Thursday, November 16, 2006

9/26/06: Dassai Tasting at Saké Hana

We were in for a big night, as Saké Hana ran an exclusive tasting featuring all Dassai sakés, including several "available only in Japan" types.

First, a little backround information about Asahi Shuzo, a small brewery located deep in the mountains of Yamaguchi Prefecture:

Based in southern most island of Kyushu, Asahi Shuzo is a small yet vibrant kura whose motto, loosely translated, is "to produce enjoyable sipping sakés, not for sake of profit or getting drunk."

The end result is series of sakés that spare no expenses. Among the notable facts include:
* The minimum seimaibuai is 50%; technically, all Daiginjo-grade sakés;
* Their Junmai Daiginjo is polished down to miniscule 23%, the most refined available in the U.S.;
* Incidentally, the process of polishing rice down to 23% takes 3 days and adds several hundred thousand dollars to the overhead (no compromise!);
* As a result, 50% polished saké is referred to merely as "Junmai Ginjo" here;
* All the sakés are produced using the famed Yamadanishiki rice, the king of "sakamai" (saké rice); and finally,
* All the sakés are produced in the "Junmai" style of using just rice, water, and yeast.

With such hefty credentials, I was very excited to try their standards (tasting notes of "23" and "50" are here, while I reviewed Nigori in August) as well as their rare selections.

The first of rare style was the Dassai "50" Nama Genshu (SMV: +5, Acidity: 1.1, Rice: Yamadanishiki, Seimaibuai: 50%, Yeast: N/A), the unpasteurized and undiluted style. Although the nose was mildly fruity, similar like the regular "50," the difference was evident on the palate, where depth of the flavor was noticeable, as well as crisp vibrancy.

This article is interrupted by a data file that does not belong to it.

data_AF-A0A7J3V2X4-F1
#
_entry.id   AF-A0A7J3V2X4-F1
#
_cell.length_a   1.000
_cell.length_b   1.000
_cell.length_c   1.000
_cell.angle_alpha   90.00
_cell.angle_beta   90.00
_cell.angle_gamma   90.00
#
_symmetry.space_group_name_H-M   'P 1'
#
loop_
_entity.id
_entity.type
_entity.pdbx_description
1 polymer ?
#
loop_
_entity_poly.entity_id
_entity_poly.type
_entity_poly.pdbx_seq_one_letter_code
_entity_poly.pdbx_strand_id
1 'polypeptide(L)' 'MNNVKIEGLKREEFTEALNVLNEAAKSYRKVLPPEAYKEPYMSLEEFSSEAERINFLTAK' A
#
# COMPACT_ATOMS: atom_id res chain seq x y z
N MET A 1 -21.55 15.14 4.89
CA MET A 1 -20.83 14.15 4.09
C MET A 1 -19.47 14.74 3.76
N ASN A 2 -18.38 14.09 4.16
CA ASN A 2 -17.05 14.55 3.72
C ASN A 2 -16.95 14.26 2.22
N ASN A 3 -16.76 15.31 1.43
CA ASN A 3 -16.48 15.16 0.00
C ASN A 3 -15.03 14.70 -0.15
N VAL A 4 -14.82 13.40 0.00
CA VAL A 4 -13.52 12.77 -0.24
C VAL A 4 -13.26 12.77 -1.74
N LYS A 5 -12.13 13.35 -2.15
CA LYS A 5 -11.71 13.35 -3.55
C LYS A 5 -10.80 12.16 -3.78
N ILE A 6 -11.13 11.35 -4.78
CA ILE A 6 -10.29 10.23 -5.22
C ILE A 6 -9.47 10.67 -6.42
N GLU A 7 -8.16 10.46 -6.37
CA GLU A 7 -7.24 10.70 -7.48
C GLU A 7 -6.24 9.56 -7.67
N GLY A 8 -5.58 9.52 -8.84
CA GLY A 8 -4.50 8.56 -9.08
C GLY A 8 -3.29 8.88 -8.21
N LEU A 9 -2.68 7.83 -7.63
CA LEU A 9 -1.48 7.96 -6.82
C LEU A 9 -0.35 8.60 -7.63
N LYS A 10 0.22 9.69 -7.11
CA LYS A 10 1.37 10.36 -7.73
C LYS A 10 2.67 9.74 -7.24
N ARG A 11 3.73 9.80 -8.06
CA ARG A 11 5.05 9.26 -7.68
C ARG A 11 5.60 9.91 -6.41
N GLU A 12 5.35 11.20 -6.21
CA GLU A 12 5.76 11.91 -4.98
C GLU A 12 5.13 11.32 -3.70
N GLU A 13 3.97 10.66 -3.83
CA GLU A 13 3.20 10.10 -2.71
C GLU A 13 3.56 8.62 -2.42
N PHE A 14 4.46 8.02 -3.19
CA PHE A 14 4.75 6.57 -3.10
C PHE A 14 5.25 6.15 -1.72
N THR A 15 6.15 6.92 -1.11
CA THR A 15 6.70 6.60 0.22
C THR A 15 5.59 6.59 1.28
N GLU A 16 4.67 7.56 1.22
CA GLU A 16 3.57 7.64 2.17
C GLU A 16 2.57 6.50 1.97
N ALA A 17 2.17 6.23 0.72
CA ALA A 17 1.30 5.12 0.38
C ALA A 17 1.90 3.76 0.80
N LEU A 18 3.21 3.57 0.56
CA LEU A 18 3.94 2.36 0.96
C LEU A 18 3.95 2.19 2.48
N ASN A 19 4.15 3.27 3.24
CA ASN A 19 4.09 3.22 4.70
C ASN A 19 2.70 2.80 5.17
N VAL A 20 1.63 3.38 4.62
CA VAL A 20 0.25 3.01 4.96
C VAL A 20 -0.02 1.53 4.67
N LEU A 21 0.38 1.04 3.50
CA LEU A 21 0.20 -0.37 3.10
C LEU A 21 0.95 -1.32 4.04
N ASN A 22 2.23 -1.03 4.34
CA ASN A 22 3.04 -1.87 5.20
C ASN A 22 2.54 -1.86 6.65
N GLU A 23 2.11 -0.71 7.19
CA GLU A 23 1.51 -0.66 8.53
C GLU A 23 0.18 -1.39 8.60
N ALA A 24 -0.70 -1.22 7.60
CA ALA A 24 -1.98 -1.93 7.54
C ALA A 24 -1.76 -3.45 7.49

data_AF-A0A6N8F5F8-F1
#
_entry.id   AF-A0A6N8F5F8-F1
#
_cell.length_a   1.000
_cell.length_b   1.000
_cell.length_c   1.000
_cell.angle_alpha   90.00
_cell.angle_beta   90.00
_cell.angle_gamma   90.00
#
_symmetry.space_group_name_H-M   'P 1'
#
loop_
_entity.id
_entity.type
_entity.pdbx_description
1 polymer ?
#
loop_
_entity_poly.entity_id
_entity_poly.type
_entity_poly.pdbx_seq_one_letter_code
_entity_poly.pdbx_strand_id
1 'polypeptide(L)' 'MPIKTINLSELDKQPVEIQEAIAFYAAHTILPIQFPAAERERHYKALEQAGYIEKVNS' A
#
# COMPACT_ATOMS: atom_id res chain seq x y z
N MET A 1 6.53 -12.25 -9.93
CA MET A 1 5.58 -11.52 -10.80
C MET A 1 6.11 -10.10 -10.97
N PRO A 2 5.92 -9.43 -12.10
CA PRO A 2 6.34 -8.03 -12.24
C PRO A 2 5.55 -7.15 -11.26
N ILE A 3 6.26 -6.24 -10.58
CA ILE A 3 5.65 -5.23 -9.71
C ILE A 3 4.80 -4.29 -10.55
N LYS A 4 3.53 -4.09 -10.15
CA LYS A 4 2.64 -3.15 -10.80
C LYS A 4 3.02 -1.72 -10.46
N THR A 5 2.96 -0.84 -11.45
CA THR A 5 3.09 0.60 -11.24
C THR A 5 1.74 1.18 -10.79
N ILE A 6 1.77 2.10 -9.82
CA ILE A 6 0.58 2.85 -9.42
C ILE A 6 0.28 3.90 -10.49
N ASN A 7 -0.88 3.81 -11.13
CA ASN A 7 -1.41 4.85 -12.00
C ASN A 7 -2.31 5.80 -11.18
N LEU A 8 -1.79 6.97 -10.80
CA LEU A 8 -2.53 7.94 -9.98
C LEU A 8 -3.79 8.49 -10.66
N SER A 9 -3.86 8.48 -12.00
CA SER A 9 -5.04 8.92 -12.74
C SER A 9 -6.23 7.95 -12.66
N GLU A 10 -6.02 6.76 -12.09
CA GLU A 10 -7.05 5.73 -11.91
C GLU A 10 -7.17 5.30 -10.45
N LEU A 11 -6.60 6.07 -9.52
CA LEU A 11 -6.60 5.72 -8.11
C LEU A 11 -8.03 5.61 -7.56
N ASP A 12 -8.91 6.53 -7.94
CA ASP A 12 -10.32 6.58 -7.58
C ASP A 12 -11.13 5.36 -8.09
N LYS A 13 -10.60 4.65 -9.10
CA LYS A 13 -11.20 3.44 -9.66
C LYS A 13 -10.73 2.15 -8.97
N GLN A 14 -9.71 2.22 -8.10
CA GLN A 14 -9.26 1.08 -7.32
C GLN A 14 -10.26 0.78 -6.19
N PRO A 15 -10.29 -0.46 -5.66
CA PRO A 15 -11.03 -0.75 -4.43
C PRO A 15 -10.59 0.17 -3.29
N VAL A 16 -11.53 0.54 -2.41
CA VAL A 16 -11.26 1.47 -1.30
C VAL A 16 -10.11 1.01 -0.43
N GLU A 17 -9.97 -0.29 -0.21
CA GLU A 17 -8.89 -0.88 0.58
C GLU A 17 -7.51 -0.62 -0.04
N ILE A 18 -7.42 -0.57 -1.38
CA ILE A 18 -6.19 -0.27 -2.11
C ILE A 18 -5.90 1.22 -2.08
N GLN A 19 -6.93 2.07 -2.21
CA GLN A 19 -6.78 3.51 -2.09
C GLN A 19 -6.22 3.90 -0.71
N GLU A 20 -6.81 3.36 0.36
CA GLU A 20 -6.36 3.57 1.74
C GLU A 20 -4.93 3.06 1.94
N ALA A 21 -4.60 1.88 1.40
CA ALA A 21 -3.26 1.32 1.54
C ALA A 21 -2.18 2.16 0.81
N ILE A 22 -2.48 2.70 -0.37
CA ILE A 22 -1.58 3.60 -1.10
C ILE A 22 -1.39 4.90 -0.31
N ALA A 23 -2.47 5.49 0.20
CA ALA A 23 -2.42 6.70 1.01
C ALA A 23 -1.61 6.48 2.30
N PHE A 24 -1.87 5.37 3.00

The next on the list was the Dassai "Migaki Sanwari Kyuubu" Junmai Daiginjo, a.k.a., Dassai "39" (SMV: N/A, Acidity, N/A, Rice: Yamadanishiki, Seimaibuai: 39%, Yeast: N/A). Of all the sakés that Dassai carries, this one had the profile most like a Junmai Daiginjo, with a subtle nose, soft approach, fruitiness, and harmonizing sweet/bitter balance.

Then Sakurai-san threw us the variation of their flagship, the "Enshinbunri Migaki Niwari Sanbu," a.k.a. Dassai "23 Centrifuge" (SMV: +4, Acidity: 1.1, Rice: Yamadanishiki, Seimaibuai: 23%, Yeast: "Dassai"). As the name may indicate, this went through a pressing method where a mash is put through a spin cycle, and the saké is extracted by the use of centrifugal force. The resulting saké was rich, smooth, and round in texture, and generally mellow in flavor. If I didn't know any better, I would have guessed this to be made in a Shizuku style. Incidentally, they do make "Centrifuge" style for Sanwari Kyuubu "39" and "50" as well.

The last of the speciality selections was the Dassai "Warm 50" (SMV: +5, Acidity, 1.5, Rice: Yamadanishiki, Seimaibuai: 50%, Yeast: N/A), a saké created specifically for serving warm. In this process, the yeast starter was allowed to ferment for about one full year to really intensify the flavor and give saké backbone so that when it's heated, it won't lose its structure and flavor profile.

Just for the heck of it, I wanted to try it chilled first, so I can compare with the other Dassais. The differences were pronounced. While the richer and deeper flavor is noticeable, the biggest difference emerges towards the finish, where there is a mineral-like bitterness that serve to maintain the strucuture in the warm form. The intensity of the flavor was very much like a Kimoto or Yamahai.

When served warmed, the saké had a very distinctive structure. The flavor was intense at the approach and finish, but very mild in the middle. There were hints of nuts and steamed rice, which is very rare for Dassai.

All in all, another resounding success at Saké Hana!

No comments: